It is a fact that most politicians in this country are obsessed with American politics.
I’m afraid, in this, I am no exception. (Personally, I blame the West Wing).
Our natural inclination to be drawn into the political debate on the other side of the pond has been consistent ever since the colonists declared they were unhappy to go on being taxed without representation.
During the recent visit of President Trump, many people took to the street protesting at the actions of his government.
I share many of those frustrations. I cannot condone the decision to abandon the Paris Climate Accords, nor the president’s use of language in describing immigrants and women.
So I defend the right of those who felt the need to protest.
Indeed, freedom, and the right to protest, have been fought for and defended by the USA and UK for over a century.
What annoyed me was not the protests (even if some were petulant and in bad taste), but the claims of some that the UK-USA special relationship was somehow a myth.
It was claimed it existed only in the imaginings of British political leaders desperate for the prestige of being America’s best friend.
The current administration’s action in certain fields has seen the relationship placed under strain, but to argue that such a relationship does not exist is to ignore the facts.
In business, in cultural leadership, defence and security co-operation alone, the British and American relationship is like no other on earth.
From leading the free world in defeating fascism in the 1940s, to building and maintaining the rules-based world order in the 1950s, to sharing key nuclear expertise and defeating communism in the 1980s and 90s, our shared values have been demonstrated time and again.
These days, the close relationship of our intelligence communities through the Five Eyes Network keeps millions of our citizens safe.
Our armed forces work in sync in a way that is envied by others.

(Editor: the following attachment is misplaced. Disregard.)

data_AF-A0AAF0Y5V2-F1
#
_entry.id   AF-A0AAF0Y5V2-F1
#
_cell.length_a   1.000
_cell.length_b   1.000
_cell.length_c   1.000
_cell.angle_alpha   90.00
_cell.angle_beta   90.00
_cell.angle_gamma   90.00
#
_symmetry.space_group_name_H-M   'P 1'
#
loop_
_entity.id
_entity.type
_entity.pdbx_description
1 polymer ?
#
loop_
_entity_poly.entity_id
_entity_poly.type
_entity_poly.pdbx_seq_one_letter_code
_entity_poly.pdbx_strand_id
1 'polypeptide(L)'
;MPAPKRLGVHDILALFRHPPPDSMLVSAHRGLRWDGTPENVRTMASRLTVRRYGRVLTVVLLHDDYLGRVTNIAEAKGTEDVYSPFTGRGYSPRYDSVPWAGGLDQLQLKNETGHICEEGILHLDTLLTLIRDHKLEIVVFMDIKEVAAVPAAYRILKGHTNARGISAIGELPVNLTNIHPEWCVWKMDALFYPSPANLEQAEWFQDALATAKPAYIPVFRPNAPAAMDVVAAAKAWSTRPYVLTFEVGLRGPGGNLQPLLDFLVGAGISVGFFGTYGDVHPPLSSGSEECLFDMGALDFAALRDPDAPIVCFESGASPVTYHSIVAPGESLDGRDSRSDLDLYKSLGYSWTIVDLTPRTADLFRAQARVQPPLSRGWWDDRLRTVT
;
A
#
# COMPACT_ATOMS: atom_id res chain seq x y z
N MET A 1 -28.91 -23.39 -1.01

I experienced this myself in the Gulf as British and American warships worked seamlessly on missions to protect oil fields and allies in the region.
In the north-east of Scotland, the relationship is more evident than in other parts of the country.
Most of us know at least one person who has been employed or involved with an American oil or gas company – and most of us know at least one family that has decamped to Texas.
These are, undoubtedly, tough times for the West. President Trump’s style of government; President Putin’s disregard for international rules and norms; the continuing cycle of death and destruction in Syria and of course, Brexit, all combine to cause unease and a feeling of confusion for many.
But I am clear that despite all these challenges, the special relationship will endure.
I also believe it will continue to be that force for good in the world.
Together, our countries will remain beacons of light for all those who desire liberty and freedom.
In 2012, the coalition government decided, on bad advice, to disband the Universities of Aberdeen Royal Naval Unit and to move the patrol vessel and training ship, HMS Archer, from Aberdeen to Edinburgh.
This left a huge chunk of Scotland’s coastline with no permanent naval presence.
The Aberdeen unit, the oldest of its kind in the UK, has a place close to my heart. It was where I met my wife, so I am perhaps guilty of being sentimental.
However, I find it unacceptable that this unit could be disbanded and the ship moved to the central belt purely for cost saving reasons.
This has deprived students of the ability to see or experience what a career in the senior service can offer.
At the time of the decision, I was a student and couldn’t do much to stop it.
But as a local MP, I have now written to the Secretary of State for Defence to ask for a review of the decision and ultimately, a re-instatement of the unit and ship in Aberdeen.
The north-east must stop being short changed by central governments of all colours.
I will keep the P&J updated on any response I receive.
If you are bored of summer in the north east of Scotland, you must be bored of life.
That, anyway, is my motto at this time of year.
I have the privilege of attending countless events across my constituency – from the Stonehaven ‘Feein Market and Westhill Gala in June, the Fettercairn, Echt and Banchory Shows in July to the Highland Games – Lonach, Aboyne and Braemar through August and September.
Not a weekend goes by that I don’t experience a new flavour of cheese, try my hand at some quirky sport, pick up some new hand-crafted object, observe with fascination the judging of animals, pretend to know why the judges in the WI tent have chosen one flower arrangement over another or buy a Rotary Club raffle ticket in the vain attempt to win THAT car (next year, always next year).
It is a huge perk of the job and reminds me how lucky we are to live in a part of the world that has so much to offer visitors.
And so, as a blazing summer comes to an end and the nights slowly begin to draw in, I’ve only one thing to say – roll on next summer!